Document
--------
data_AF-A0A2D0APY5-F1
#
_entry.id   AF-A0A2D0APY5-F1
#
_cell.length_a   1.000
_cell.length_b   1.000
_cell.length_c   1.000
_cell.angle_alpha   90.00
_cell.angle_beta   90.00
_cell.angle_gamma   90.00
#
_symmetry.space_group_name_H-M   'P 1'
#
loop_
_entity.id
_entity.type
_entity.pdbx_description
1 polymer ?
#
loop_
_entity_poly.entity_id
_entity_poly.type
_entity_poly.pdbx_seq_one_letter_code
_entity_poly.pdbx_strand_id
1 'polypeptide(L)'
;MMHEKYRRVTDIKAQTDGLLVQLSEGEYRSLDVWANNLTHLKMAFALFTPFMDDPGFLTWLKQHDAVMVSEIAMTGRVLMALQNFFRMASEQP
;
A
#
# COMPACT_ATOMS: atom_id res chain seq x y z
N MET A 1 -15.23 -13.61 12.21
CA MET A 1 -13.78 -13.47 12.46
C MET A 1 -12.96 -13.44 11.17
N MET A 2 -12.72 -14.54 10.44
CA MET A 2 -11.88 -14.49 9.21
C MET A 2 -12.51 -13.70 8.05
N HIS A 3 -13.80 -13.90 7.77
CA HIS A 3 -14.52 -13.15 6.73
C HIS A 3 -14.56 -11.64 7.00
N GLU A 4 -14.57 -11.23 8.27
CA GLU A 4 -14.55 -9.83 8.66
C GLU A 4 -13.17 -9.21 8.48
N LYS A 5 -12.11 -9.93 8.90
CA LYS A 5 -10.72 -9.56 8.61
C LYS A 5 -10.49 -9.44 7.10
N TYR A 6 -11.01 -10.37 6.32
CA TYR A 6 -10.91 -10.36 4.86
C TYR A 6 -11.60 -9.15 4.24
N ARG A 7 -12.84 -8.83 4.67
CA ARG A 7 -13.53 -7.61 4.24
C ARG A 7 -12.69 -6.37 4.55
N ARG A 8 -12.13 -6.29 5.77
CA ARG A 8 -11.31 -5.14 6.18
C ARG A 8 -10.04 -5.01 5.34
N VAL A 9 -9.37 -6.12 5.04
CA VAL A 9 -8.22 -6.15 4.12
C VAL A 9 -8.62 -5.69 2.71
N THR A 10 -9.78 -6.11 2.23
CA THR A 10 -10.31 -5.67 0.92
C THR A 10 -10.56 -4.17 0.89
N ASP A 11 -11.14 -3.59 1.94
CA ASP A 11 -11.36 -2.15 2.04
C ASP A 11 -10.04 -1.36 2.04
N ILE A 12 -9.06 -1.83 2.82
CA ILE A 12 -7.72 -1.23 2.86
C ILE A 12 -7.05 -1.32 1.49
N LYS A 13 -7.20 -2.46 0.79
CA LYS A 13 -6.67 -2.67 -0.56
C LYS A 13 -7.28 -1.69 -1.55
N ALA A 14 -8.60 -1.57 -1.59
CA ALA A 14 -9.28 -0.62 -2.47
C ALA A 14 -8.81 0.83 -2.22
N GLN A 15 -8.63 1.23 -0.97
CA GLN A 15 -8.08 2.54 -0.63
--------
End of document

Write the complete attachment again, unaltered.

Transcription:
data_AF-A0A2D0APY5-F1
#
_entry.id   AF-A0A2D0APY5-F1
#
_cell.length_a   1.000
_cell.length_b   1.000
_cell.length_c   1.000
_cell.angle_alpha   90.00
_cell.angle_beta   90.00
_cell.angle_gamma   90.00
#
_symmetry.space_group_name_H-M   'P 1'
#
loop_
_entity.id
_entity.type
_entity.pdbx_description
1 polymer ?
#
loop_
_entity_poly.entity_id
_entity_poly.type
_entity_poly.pdbx_seq_one_letter_code
_entity_poly.pdbx_strand_id
1 'polypeptide(L)'
;MMHEKYRRVTDIKAQTDGLLVQLSEGEYRSLDVWANNLTHLKMAFALFTPFMDDPGFLTWLKQHDAVMVSEIAMTGRVLMALQNFFRMASEQP
;
A
#
# COMPACT_ATOMS: atom_id res chain seq x y z
N MET A 1 -15.23 -13.61 12.21
CA MET A 1 -13.78 -13.47 12.46
C MET A 1 -12.96 -13.44 11.17
N MET A 2 -12.72 -14.54 10.44
CA MET A 2 -11.88 -14.49 9.21
C MET A 2 -12.51 -13.70 8.05
N HIS A 3 -13.80 -13.90 7.77
CA HIS A 3 -14.52 -13.15 6.73
C HIS A 3 -14.56 -11.64 7.00
N GLU A 4 -14.57 -11.23 8.27
CA GLU A 4 -14.55 -9.83 8.66
C GLU A 4 -13.17 -9.21 8.48
N LYS A 5 -12.11 -9.93 8.90
CA LYS A 5 -10.72 -9.56 8.61
C LYS A 5 -10.49 -9.44 7.10
N TYR A 6 -11.01 -10.37 6.32
CA TYR A 6 -10.91 -10.36 4.86
C TYR A 6 -11.60 -9.15 4.24
N ARG A 7 -12.84 -8.83 4.67
CA ARG A 7 -13.53 -7.61 4.24
C ARG A 7 -12.69 -6.37 4.55
N ARG A 8 -12.13 -6.29 5.77
CA ARG A 8 -11.31 -5.14 6.18
C ARG A 8 -10.04 -5.01 5.34
N VAL A 9 -9.37 -6.12 5.04
CA VAL A 9 -8.22 -6.15 4.12
C VAL A 9 -8.62 -5.69 2.71
N THR A 10 -9.78 -6.11 2.23
CA THR A 10 -10.31 -5.67 0.92
C THR A 10 -10.56 -4.17 0.89
N ASP A 11 -11.14 -3.59 1.94
CA ASP A 11 -11.36 -2.15 2.04
C ASP A 11 -10.04 -1.36 2.04
N ILE A 12 -9.06 -1.83 2.82
CA ILE A 12 -7.72 -1.23 2.86
C ILE A 12 -7.05 -1.32 1.49
N LYS A 13 -7.20 -2.46 0.79
CA LYS A 13 -6.67 -2.67 -0.56
C LYS A 13 -7.28 -1.69 -1.55
N ALA A 14 -8.60 -1.57 -1.59
CA ALA A 14 -9.28 -0.62 -2.47
C ALA A 14 -8.81 0.83 -2.22
N GLN A 15 -8.63 1.23 -0.97
CA GLN A 15 -8.08 2.54 -0.63